SHAFAQNA – An Egyptian court has confirmed the death sentences against 183 men convicted of killing 11 police officers and two civilians.The policemen were killed in an attack on a police station after the deaths of pro-Morsi supporters at the hands of security forces.Mobile phone footage showed the armed mob storming the station in Kerdasa, an Islamist stronghold on the outskirts of Cairo, on August 14, 2013.
The only survivor of the attack, a recruit in his twenties, said that they had been stabbed and had acid thrown at them.
The decision to uphold the sentence was condemned by the European Union, which denounced it as a violation of the country’s human rights obligations. The verdict came as another court announced that Mohamed Morsi, the deposed Islamist president, would stand trial on February 15 in an espionage case — the fourth trial he is facing.
The attack took place on the same day that security forces killed hundreds of demonstrators in clashes as they dismantled two massive protest camps in Cairo supporting Morsi.
The court issued a preliminary verdict in December against 188 defendants in a mass trial, of whom two were acquitted on Monday while one, a minor, was sentenced to ten years in prison. Two more were already deceased.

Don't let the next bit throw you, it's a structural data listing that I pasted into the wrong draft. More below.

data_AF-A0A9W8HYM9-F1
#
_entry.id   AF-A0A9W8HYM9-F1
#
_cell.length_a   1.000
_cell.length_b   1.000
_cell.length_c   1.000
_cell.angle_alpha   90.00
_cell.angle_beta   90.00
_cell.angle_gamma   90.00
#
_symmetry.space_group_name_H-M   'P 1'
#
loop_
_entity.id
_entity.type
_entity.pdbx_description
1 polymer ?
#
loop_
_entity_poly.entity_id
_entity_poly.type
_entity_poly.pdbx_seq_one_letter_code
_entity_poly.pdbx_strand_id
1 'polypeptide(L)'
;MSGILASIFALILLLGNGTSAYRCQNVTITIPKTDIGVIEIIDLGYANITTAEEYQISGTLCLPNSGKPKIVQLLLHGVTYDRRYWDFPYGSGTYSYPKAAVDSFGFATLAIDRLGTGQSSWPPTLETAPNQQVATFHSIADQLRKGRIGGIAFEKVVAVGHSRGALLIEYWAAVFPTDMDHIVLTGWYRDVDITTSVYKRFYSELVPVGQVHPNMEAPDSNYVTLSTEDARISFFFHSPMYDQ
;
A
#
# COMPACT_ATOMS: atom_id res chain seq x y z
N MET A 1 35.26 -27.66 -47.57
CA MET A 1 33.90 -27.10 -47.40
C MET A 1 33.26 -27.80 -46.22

The verdict – which can be appealed against – came after the initial sentences were sent to the grand mufti, the government’s official interpreter of Islamic law, for ratification.
Since the army deposed Mr Morsi on July 3, 2013, at least 1,400 people have been killed in a police crackdown on protests, mostly Islamists supporting the ousted leader.
Hundreds of his supporters have been sentenced to death in swift mass trials which the United Nations says were “unprecedented in recent history”.
“Today’s decision of a court in Egypt to sentence 183 defendants to death following a mass trial is in violation of Egypt’s international human rights obligations,” the EU’s foreign service said in a statement.
Jen Psaki, a US state department spokeswoman, said the United States was “deeply concerned” by the decision.
“It simply seems impossible that a fair review of evidence and testimony could be achieved through mass trials,” she said.
Rights groups and critics of President Abdel Fattah al-Sisi, the former army chief who ousted Morsi, say the authorities are using the judiciary as an arm to repress any form of dissent, including from secular activists.